Sunday, April 15, 2012

King David, Romantic Hero

King David, Romantic Hero by Rachelle Ayala

If you’re looking for the perfect romantic hero, look no further than King David, the greatest king of Israel. A handsome charmer and yet, inherently good, a man after God’s own heart, David was a man of contradictions, a lover, a criminal, a poet, a warrior.

Why was David, whose name means “beloved”, adored by swooning women everywhere? Let’s examine David’s character from a romantic point of view.

David the Rock Star
It’s 1000 B.C. A handsome young musician tours the King’s Palace with his harp and soon, the entire capitol city is in love with him.

Physical beauty is the hallmark of every romantic hero. Make it a basic requirement. But David wasn’t just looks. He was also the first rock star in history. A cunning player of the harp, his music wooed a princess, and calmed a mad king. He had a large following among the village women as well as the king’s own servants.

But all Israel and Judah loved David, because he went out and came in before them.

As if being a rock star wasn’t enough, David was also a real hero. When danger threatened the nation, and men of war cowered in their sandals, David defeated the giant Goliath and won the princess’s hand. The people accorded him a hero’s welcome and upstaged their king. “Saul has killed a thousand, David ten thousands.”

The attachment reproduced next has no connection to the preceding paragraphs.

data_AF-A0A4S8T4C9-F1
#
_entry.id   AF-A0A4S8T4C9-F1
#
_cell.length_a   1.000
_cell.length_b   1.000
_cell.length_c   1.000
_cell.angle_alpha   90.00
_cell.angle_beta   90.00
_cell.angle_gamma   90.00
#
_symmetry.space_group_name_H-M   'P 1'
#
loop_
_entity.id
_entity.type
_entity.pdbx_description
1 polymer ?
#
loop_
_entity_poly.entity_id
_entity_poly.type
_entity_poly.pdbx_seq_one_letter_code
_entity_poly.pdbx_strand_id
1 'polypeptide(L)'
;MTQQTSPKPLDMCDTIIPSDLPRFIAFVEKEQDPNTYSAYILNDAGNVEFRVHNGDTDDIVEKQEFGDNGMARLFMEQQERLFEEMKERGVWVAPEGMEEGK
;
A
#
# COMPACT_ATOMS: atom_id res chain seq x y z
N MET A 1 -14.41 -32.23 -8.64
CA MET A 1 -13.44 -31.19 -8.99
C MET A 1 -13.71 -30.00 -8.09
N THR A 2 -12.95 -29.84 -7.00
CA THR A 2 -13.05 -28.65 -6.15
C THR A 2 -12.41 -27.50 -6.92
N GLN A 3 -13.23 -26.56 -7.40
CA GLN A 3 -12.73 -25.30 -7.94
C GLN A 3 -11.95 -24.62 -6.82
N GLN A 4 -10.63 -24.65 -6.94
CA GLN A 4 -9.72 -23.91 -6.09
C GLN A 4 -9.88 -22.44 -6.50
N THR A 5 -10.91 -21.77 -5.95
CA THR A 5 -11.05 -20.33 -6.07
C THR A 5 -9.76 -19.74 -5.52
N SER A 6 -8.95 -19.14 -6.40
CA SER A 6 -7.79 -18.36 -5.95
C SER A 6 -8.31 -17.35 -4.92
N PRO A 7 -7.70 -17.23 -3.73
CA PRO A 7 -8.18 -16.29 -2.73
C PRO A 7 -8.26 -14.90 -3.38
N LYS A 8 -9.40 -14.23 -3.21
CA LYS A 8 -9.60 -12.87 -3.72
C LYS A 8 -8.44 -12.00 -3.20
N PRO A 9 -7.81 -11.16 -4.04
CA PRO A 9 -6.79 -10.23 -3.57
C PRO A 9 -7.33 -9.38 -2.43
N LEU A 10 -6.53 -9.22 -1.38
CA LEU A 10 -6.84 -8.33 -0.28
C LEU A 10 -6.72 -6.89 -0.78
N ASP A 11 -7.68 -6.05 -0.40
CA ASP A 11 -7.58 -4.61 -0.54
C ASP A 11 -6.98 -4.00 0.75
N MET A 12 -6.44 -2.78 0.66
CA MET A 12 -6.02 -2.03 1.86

David the Rogue
Ah... but every romantic hero needs a flaw, something to further endear him to the reader. After all, who wants to read about Mr. Perfect Dudley Do-Right? And thankfully, David was also a bad boy. Oh yes!

Forced from hero to outlaw by the king’s jealousy, David survived by his wit, grit, and appeal to women. His wife, the princess Michal, loses everything to aid his escape by lying to her father. Another woman, Abigail, literally falls at his feet, defying her husband and giving him food. Not surprisingly, David immediately offers marriage when Abigail’s husband conveniently passes away.

Who doesn’t like their romantic hero with a few rough edges? David, the rogue, swindles the Philistine king out of a city by pretending to kill Israelites. After collecting women like seashells on a tropical beach, David becomes king and tears his first wife, Princess Michal, away from her second husband.

A consummate alpha, David would not take the back seat to anyone. And herein again, is a trait for romantic heroes. Power, lust, and dominance.

David the Romantic
But, deep inside our hearts, we want our romantic heroes to be lovers, to have a soft side, and to become vulnerable to that one special woman. Is this possible with a man like David? A warlord with a burgeoning harem, a king who killed a man to take his wife?

We turn to David’s psalms, the poetry he wrote to God. David was a romantic. He believed in the ultimate triumph of good over evil, and the love of God for a repentant sinner. He writes of his yearning for God in flowery language.

As the hart panteth after the water brooks, so panteth my soul after thee, O God.